While we had a chance recently to check out the art of passing into the post, it is just as important for our point guard to be able to get
the ball to the wing. Your point guards ability to get your other players the ball in places where they are comfortable and have an opportunity to score is absolutely vital if you want to have an offense that runs smoothly. The first player that comes into my mind when I think of great passing and decision making for a smoothly run offense, I think of Steve Nash.
And while there are an infinite number of scenarios that can play out on the court, I find that there are three basic passes that are absolutely essential for any good point guards arsenal. Here’s a great drill that will put your point guard in various different situations, forcing them to read the court and make the correct decision and pass.
Point Guard Passing
To set up the drill, have your point guard start at halfcourt with the ball in their hands. You’ll have a wing player setup at the foul line extended, and another offensive player on the opposite block, with the sole defensive player in stance at the top of the key. Based on how the defender reacts to the point guard and surrounding players, the point guard will have to make the correct read and get the ball to the open player.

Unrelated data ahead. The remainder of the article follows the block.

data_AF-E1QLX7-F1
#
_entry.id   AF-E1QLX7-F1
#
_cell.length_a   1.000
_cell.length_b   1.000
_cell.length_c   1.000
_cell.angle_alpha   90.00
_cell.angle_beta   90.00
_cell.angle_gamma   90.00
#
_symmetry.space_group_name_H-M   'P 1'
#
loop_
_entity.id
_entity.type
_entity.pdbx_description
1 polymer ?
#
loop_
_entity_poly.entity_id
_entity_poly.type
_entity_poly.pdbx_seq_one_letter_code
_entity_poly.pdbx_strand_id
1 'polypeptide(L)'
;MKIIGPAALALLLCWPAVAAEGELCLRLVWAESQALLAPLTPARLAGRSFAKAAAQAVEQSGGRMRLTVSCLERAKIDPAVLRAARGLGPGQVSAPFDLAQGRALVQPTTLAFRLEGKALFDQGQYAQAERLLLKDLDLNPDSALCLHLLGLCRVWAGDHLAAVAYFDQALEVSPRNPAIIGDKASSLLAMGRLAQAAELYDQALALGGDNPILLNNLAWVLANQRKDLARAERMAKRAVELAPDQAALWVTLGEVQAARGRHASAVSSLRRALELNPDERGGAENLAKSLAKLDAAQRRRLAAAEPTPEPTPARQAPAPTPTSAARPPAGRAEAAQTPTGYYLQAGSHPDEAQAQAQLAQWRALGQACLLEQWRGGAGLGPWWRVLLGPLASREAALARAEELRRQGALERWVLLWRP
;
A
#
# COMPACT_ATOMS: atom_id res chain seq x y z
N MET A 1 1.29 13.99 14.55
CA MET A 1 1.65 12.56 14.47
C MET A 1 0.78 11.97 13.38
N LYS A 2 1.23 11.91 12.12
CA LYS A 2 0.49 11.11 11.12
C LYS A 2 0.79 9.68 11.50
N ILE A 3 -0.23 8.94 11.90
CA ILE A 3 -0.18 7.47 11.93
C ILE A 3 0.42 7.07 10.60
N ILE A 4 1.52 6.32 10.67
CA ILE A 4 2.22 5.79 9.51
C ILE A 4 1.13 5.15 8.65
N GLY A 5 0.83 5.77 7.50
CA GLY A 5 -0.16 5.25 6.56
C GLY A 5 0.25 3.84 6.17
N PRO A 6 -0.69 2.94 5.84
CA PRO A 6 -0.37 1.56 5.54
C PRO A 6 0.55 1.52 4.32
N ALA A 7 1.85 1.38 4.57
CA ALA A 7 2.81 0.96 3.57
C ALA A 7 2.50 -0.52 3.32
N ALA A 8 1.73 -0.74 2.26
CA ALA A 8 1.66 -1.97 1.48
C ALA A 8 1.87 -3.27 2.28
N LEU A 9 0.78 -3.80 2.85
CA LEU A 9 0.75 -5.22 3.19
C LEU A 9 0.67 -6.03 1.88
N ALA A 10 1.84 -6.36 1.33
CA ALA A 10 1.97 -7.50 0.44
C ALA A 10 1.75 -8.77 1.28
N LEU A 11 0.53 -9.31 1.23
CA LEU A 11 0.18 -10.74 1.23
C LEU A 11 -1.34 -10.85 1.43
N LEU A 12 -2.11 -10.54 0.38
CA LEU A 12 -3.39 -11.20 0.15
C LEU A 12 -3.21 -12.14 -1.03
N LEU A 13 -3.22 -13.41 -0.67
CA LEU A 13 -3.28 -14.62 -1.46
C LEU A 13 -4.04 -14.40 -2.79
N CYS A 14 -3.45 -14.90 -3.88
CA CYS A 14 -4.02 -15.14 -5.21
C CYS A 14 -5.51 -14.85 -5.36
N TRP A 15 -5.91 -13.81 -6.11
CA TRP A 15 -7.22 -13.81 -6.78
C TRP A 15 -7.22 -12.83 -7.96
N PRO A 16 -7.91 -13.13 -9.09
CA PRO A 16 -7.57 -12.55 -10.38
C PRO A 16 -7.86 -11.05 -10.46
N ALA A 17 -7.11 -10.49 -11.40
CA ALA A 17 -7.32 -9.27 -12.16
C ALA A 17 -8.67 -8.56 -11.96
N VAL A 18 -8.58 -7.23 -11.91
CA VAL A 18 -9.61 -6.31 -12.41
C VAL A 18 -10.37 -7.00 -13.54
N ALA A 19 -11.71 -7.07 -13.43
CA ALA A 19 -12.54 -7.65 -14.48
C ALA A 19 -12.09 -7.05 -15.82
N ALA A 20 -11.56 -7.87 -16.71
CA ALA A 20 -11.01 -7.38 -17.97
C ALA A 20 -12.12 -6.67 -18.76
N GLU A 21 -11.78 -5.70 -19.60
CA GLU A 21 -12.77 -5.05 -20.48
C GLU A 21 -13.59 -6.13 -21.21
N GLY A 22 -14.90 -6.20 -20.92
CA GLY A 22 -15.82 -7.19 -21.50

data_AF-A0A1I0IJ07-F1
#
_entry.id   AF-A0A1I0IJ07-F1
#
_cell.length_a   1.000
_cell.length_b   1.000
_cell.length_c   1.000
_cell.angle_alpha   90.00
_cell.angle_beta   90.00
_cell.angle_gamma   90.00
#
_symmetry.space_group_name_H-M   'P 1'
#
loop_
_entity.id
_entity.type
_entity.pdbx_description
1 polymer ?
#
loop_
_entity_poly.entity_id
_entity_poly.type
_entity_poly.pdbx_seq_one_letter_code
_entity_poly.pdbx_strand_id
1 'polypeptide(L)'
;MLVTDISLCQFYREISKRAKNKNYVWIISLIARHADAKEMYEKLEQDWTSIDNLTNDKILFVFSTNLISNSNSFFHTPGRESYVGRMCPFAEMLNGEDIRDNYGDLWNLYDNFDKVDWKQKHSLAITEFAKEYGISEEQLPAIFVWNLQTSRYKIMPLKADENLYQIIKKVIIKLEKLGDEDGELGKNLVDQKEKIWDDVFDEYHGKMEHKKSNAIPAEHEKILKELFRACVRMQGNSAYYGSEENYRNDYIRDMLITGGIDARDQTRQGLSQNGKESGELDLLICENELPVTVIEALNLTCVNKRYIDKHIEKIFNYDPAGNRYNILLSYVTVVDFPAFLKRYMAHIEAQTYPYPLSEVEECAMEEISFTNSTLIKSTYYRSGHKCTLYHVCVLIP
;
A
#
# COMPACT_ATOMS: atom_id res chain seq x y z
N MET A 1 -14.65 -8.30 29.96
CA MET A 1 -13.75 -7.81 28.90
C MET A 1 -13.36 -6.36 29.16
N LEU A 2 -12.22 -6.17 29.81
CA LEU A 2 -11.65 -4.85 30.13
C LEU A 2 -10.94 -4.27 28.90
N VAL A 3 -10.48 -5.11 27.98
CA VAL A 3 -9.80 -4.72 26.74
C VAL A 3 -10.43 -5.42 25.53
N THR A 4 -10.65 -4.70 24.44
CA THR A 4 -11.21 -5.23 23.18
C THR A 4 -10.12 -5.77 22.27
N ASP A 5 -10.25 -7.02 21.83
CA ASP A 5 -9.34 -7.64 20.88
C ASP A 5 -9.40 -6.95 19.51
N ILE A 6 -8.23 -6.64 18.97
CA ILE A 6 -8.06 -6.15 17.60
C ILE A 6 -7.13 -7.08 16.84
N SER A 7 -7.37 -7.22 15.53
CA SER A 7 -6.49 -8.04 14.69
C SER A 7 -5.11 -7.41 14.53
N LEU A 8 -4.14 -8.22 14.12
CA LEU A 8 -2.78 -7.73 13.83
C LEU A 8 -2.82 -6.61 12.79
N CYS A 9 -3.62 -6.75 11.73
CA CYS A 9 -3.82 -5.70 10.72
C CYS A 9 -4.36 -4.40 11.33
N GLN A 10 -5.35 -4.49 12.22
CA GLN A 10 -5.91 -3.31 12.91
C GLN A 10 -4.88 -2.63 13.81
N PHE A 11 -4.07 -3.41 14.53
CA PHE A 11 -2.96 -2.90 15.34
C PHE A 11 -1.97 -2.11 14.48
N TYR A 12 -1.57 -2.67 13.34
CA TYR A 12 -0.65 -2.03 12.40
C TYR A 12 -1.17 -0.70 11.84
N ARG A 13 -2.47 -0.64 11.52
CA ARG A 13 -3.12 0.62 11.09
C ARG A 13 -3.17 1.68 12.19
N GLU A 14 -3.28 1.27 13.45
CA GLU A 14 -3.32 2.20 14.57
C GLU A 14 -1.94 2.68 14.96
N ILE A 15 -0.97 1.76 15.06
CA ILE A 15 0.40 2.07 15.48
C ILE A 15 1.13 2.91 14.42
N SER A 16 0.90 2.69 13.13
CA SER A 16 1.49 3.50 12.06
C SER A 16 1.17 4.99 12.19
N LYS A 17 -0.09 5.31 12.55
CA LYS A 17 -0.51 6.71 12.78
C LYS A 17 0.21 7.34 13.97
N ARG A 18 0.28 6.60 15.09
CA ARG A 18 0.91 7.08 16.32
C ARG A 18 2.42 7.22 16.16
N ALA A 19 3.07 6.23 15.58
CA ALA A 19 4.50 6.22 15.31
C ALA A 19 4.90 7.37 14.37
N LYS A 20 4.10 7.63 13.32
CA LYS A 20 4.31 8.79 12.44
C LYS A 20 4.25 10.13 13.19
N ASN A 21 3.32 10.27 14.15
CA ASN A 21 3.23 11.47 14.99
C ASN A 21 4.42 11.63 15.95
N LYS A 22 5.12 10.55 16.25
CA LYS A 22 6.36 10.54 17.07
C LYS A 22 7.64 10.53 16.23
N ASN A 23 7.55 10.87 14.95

If you’ve got a great three point shooter, or a slasher who works well catching the ball on the move, you’re going to want to make sure your point guard learns this move ASAP.
Here your point guard is going to come strong with an attack dribble on the same side as the wing, looking to get a foot in the key. As they drive into the paint, the wing player is going to fill in the open space behind the point guard, like a vacuum, with their hands ready to catch the ball.
The point guard will come to a jump stop, pivot, and make the pass back out to the wing player as they step into the pass – from there they can do whatever they feel most comfortable doing, whether that’s a three point shot or taking it strong to the rim. If the point guard is only a couple feet away from the wing player, they might feel more comfortable making a shovel pass – this is yourÂ prerogative as a coach whether your okay with it.
Here your point guard is going to dribble up to the top of the key, and the wing player is going to fake like they’re coming in for the vacuum again. However here, they will take one or two steps toward the PG, and then cut hard to the hoop when the defender bites. Your point guard should make a strong bounce pass, leading the wing player to the basket so that they can go straight into their steps without a necessary dribble.
This situation simulates the weak side help defender coming across the key to jam up the backdoor pass.
If the defender does a good job of stepping up for the vacuum, and manages to stay connected to the wing player on the backdoor, the point guard should look at their weak side option, the big man on the block. Either a hard bounce pass or a lob up over the top will be necessary – this isn’t an easy pass, but the benefit is that this will almost always result in an easy layup for the big man.
Hope you enjoyed the article! If your looking for a couple more drills to help out your point guard play, make sure to check out these point guard drills!